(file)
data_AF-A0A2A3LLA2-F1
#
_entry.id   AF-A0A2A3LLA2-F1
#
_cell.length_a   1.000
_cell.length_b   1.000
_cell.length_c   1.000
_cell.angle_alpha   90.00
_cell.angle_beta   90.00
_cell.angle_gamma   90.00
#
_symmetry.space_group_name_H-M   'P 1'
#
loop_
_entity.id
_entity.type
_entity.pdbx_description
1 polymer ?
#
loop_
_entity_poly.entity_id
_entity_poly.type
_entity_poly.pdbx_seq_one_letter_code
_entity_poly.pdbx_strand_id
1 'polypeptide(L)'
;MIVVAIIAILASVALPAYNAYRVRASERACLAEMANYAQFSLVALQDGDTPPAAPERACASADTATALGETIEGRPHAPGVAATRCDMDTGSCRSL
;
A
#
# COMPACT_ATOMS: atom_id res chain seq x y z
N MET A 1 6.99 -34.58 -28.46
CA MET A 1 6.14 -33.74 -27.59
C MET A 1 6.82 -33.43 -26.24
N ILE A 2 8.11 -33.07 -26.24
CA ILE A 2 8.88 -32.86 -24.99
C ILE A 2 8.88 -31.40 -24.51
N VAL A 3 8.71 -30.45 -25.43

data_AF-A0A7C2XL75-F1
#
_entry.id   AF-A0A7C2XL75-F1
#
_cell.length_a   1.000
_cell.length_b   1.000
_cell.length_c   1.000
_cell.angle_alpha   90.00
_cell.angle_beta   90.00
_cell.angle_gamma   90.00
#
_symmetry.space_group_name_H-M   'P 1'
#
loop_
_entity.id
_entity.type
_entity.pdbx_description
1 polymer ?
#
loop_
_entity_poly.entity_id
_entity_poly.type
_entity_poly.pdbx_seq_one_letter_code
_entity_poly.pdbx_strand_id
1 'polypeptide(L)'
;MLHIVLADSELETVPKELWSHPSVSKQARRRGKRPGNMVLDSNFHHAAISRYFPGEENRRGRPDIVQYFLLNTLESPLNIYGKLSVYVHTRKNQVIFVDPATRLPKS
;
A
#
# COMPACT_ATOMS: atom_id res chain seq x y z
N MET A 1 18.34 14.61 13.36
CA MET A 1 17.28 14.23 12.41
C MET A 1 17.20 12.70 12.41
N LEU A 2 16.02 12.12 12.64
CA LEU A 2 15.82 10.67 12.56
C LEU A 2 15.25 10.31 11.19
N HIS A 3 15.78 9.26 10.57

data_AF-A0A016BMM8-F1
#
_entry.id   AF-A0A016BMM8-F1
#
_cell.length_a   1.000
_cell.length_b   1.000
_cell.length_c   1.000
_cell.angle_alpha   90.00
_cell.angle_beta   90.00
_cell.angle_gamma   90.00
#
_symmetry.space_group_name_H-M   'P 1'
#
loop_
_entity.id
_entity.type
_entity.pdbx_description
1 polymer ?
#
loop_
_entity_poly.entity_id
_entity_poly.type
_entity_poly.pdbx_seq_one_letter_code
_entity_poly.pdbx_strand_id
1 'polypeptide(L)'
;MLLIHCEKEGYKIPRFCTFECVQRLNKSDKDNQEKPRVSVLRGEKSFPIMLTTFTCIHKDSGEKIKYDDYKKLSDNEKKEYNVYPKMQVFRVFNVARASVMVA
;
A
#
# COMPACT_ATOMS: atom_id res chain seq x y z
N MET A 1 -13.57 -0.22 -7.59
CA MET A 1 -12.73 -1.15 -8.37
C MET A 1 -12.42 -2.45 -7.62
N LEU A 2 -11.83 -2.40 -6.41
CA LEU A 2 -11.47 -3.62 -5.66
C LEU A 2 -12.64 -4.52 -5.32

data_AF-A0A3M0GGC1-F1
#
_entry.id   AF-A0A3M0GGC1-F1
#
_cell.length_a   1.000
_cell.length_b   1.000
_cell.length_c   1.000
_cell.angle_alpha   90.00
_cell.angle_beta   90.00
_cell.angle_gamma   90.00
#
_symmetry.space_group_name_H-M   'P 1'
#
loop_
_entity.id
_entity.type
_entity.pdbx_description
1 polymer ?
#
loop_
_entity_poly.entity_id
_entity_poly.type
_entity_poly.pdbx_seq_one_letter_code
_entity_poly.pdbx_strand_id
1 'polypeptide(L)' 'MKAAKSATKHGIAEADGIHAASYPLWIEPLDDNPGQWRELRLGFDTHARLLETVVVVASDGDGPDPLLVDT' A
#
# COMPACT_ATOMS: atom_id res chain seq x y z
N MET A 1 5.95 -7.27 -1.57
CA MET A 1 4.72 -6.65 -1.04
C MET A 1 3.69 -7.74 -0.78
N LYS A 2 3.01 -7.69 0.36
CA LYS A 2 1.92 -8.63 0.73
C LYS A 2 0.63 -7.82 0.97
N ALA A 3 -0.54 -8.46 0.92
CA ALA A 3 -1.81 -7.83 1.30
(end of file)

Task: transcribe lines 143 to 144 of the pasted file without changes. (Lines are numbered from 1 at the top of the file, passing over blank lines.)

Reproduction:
C LYS A 2 0.63 -7.82 0.97
N ALA A 3 -0.54 -8.46 0.92